Alabama’s schools provide multiple options to provide children with disabilities a better chance of learning the material in a safe environment. Most parents who have to sign up for these types of programs have heard of individualized education programs (IEPs), and those who do not qualify for it are worried how their kid will make it through with their condition.
Thankfully, there’s always the option of a 504 plan if getting an IEP doesn’t work out. The regulations of Section 504 of the Rehabilitation Act of 1973 are designed to help handicapped students operate at school at a similar level as nonhandicapped students and prevent any discrimination from occurring on school grounds. Parents should know under which circumstances would this be the preferred option over an IEP.
The disability is more physical
An IEP and a 504 plan both involve helping children with disabilities that impacts their ability to learn. However, a 504 plan focuses more on helping kids function in a general classroom setting while an IEP helps more with children who struggle with learning the general education curriculum. If your kid struggles with walking or breathing, they have a decent chance of qualifying for a 504 plan, but not an IEP.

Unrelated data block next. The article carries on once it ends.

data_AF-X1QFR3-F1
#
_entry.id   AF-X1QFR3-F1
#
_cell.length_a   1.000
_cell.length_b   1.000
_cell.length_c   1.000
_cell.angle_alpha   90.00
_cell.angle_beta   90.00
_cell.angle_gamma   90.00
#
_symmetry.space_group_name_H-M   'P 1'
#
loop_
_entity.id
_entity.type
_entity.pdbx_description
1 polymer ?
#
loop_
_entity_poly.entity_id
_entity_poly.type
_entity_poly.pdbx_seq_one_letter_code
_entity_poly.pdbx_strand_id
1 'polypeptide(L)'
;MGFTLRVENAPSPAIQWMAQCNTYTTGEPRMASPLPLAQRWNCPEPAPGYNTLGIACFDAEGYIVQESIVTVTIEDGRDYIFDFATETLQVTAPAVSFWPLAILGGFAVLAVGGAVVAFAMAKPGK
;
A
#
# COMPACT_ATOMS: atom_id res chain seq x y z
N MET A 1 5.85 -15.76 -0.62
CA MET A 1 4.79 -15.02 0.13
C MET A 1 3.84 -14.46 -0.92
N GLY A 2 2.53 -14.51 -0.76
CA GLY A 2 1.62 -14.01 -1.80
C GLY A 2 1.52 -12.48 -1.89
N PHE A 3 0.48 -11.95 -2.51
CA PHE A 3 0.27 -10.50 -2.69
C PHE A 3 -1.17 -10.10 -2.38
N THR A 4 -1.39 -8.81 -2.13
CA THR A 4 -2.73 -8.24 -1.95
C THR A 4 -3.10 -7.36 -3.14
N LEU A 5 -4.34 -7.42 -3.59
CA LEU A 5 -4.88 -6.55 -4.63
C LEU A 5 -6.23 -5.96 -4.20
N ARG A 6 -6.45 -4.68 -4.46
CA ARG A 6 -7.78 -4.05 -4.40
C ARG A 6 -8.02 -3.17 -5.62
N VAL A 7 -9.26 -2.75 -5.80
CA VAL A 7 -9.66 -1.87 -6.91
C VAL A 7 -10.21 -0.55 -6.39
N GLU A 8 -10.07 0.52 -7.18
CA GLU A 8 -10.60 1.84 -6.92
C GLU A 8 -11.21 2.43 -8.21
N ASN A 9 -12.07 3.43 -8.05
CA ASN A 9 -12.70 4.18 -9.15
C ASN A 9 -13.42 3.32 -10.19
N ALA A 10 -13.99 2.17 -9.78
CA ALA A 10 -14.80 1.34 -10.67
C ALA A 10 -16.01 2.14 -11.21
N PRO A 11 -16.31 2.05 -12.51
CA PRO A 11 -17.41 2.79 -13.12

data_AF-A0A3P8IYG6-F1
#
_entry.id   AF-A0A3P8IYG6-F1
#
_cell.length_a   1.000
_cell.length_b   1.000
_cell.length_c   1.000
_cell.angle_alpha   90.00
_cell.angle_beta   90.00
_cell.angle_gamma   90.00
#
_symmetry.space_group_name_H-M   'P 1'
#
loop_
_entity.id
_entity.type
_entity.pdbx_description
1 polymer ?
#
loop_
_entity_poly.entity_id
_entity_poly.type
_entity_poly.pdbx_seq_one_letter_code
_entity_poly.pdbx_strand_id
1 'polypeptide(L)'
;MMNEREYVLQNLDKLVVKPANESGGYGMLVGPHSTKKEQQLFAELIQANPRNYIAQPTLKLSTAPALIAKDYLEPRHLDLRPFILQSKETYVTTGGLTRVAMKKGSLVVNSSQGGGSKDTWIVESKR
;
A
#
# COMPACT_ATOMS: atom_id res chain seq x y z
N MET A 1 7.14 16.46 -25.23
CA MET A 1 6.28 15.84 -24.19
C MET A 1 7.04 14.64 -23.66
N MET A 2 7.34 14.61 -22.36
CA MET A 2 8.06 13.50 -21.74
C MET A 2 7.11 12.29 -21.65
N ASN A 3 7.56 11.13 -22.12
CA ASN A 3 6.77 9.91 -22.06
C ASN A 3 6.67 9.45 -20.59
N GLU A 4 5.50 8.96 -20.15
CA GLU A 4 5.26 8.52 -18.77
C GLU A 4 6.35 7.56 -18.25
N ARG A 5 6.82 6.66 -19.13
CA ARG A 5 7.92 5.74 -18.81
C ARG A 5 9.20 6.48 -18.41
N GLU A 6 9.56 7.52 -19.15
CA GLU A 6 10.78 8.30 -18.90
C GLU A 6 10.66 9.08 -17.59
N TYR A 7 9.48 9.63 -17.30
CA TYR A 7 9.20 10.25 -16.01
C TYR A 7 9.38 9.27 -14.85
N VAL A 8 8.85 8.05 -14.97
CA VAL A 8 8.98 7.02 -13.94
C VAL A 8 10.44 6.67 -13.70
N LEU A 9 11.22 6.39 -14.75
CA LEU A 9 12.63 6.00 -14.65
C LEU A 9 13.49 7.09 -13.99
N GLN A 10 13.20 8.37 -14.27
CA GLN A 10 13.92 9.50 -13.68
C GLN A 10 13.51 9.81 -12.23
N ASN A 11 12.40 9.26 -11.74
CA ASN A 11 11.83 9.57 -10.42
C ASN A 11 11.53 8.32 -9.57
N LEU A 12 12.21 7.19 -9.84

Your kid just needs accommodations
AN IEP takes several aspects of the child’s academic performance into account to create a program designed to improve their educational future by modifying how the material is taught to them in nearly all subjects. Children that need a 504 plan more or less just require specific accommodations to help them such as bringing something in the classroom that helps them breathe better or some extra time on a test. These students do not need these accommodations to enhance their academic performance. They need them to get on a level playing field with nonhandicapped students.
Even though 504 plans are far more accessible than IEPs for students with disabilities in Alabama, you can still get rejected if they believe nothing needs to change for your kid to help with their learning environment. If you believe otherwise, consider contacting an attorney with experience in special education to see if your child’s school made a mistake in the process.